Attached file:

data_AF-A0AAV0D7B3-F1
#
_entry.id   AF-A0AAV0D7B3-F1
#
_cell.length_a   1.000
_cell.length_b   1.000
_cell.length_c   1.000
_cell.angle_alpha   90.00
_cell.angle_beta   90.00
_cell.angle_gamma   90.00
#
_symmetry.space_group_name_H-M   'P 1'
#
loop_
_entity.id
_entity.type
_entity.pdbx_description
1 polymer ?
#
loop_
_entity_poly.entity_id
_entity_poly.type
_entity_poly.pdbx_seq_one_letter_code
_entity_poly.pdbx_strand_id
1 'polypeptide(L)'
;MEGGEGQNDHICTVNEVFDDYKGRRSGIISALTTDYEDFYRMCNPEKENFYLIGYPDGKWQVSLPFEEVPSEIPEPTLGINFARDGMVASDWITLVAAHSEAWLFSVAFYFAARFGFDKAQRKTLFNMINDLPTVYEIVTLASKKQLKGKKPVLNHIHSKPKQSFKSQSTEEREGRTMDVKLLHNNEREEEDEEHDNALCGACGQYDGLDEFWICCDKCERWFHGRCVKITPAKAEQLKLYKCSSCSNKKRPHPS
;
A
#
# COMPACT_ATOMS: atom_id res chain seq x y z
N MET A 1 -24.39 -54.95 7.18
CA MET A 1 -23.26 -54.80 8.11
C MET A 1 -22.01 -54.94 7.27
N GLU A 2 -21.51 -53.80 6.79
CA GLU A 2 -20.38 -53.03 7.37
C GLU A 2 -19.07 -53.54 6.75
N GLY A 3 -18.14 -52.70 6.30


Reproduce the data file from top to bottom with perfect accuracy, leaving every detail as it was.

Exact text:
data_AF-A0AAV0D7B3-F1
#
_entry.id   AF-A0AAV0D7B3-F1
#
_cell.length_a   1.000
_cell.length_b   1.000
_cell.length_c   1.000
_cell.angle_alpha   90.00
_cell.angle_beta   90.00
_cell.angle_gamma   90.00
#
_symmetry.space_group_name_H-M   'P 1'
#
loop_
_entity.id
_entity.type
_entity.pdbx_description
1 polymer ?
#
loop_
_entity_poly.entity_id
_entity_poly.type
_entity_poly.pdbx_seq_one_letter_code
_entity_poly.pdbx_strand_id
1 'polypeptide(L)'
;MEGGEGQNDHICTVNEVFDDYKGRRSGIISALTTDYEDFYRMCNPEKENFYLIGYPDGKWQVSLPFEEVPSEIPEPTLGINFARDGMVASDWITLVAAHSEAWLFSVAFYFAARFGFDKAQRKTLFNMINDLPTVYEIVTLASKKQLKGKKPVLNHIHSKPKQSFKSQSTEEREGRTMDVKLLHNNEREEEDEEHDNALCGACGQYDGLDEFWICCDKCERWFHGRCVKITPAKAEQLKLYKCSSCSNKKRPHPS
;
A
#
# COMPACT_ATOMS: atom_id res chain seq x y z
N MET A 1 -24.39 -54.95 7.18
CA MET A 1 -23.26 -54.80 8.11
C MET A 1 -22.01 -54.94 7.27
N GLU A 2 -21.51 -53.80 6.79
CA GLU A 2 -20.38 -53.03 7.37
C GLU A 2 -19.07 -53.54 6.75
N GLY A 3 -18.14 -52.70 6.30